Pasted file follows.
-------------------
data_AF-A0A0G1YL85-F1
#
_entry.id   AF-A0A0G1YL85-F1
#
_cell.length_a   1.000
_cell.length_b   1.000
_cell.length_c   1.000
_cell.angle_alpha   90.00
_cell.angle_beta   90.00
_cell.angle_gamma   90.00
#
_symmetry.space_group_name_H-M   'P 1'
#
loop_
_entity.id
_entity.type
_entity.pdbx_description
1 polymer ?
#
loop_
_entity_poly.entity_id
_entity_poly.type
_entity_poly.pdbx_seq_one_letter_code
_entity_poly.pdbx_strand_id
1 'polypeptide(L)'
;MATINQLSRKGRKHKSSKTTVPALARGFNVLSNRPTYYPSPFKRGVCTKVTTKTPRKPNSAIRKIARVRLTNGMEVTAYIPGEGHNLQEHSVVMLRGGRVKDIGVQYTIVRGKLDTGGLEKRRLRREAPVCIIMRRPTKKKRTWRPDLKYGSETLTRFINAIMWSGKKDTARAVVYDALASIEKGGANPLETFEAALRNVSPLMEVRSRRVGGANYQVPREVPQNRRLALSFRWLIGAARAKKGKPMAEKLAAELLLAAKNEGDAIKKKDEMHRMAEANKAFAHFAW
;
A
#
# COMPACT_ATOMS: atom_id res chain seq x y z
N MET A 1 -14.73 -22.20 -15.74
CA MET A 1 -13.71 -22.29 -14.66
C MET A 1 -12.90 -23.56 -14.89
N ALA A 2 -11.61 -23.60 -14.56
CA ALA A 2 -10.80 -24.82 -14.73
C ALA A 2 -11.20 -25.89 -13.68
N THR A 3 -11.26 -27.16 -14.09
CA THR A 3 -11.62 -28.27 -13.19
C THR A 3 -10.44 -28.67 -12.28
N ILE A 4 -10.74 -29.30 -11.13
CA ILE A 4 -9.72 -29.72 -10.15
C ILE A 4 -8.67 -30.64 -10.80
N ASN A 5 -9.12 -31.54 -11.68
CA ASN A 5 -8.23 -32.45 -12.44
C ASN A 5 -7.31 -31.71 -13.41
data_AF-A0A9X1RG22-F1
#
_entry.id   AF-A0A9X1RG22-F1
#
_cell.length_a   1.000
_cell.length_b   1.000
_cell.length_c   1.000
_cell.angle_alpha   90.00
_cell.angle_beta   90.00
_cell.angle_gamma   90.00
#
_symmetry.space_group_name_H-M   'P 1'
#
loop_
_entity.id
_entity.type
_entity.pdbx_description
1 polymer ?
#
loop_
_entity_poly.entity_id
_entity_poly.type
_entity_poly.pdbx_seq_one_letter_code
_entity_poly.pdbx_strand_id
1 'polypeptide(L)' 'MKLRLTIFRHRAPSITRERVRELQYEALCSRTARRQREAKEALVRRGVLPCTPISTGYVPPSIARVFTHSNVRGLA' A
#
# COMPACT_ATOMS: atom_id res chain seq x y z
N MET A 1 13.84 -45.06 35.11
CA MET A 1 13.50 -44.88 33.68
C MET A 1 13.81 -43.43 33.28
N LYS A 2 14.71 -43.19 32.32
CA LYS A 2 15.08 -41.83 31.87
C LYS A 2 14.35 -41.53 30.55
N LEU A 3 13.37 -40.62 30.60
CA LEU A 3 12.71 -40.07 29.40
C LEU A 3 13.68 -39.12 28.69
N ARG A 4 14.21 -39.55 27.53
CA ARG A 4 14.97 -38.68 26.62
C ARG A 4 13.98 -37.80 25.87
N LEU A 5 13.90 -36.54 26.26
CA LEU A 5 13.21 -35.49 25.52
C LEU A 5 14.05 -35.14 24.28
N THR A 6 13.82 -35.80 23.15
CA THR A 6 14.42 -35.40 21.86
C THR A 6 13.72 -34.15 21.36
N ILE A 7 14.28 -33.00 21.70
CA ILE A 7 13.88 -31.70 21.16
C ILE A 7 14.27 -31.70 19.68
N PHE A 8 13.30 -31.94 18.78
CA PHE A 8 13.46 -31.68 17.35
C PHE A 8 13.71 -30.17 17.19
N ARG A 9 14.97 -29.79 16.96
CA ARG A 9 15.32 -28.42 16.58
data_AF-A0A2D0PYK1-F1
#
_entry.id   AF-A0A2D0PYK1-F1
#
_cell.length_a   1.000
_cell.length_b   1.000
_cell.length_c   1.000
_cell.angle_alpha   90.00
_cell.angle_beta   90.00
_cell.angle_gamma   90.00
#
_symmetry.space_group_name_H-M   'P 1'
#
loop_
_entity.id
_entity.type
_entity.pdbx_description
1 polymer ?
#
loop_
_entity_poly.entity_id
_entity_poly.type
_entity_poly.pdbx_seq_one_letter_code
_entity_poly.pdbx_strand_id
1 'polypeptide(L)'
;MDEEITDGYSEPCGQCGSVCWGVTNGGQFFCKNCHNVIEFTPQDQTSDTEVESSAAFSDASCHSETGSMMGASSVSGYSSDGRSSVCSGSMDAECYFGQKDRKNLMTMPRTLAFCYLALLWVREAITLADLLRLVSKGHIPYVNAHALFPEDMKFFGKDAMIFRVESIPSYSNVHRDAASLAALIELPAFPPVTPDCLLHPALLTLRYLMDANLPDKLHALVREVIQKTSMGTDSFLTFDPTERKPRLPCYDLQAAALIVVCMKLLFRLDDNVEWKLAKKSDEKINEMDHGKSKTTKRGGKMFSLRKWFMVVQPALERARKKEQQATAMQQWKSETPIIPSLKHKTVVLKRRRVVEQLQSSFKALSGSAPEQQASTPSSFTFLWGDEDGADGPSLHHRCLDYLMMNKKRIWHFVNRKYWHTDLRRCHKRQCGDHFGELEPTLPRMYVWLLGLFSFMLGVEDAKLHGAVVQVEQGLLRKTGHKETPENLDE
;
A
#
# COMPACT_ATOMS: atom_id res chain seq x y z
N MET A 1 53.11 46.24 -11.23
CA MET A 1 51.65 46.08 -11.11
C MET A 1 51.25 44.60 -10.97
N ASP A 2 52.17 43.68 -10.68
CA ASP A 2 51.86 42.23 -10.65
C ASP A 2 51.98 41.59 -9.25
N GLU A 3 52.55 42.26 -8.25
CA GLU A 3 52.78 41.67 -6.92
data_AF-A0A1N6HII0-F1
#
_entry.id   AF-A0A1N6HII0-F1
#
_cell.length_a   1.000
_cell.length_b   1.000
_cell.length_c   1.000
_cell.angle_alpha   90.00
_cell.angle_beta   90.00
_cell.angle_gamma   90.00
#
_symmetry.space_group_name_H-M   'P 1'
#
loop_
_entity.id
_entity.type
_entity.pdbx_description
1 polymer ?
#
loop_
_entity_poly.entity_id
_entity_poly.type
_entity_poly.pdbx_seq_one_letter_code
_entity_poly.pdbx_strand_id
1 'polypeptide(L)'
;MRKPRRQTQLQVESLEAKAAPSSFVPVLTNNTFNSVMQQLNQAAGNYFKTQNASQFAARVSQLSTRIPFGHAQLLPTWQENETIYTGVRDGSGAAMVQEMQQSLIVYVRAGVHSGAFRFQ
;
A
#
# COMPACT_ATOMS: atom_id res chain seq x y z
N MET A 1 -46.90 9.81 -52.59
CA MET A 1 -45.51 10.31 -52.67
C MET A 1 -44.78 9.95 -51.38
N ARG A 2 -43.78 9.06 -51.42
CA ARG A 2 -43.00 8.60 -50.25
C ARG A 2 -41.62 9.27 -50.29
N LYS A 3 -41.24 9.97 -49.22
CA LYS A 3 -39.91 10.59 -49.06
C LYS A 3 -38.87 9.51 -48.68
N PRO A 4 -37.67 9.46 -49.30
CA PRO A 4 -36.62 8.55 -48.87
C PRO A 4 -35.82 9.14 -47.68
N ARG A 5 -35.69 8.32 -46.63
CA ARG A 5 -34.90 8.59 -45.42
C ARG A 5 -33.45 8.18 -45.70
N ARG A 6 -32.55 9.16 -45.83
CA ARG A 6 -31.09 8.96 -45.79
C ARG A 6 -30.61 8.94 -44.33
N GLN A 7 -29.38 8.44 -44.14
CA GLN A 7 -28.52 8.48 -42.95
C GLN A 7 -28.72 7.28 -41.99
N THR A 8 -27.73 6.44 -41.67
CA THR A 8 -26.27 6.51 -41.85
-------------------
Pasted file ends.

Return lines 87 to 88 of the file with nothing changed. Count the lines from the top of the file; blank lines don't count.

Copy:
C LEU A 5 14.05 -35.14 24.28
N THR A 6 13.82 -35.80 23.15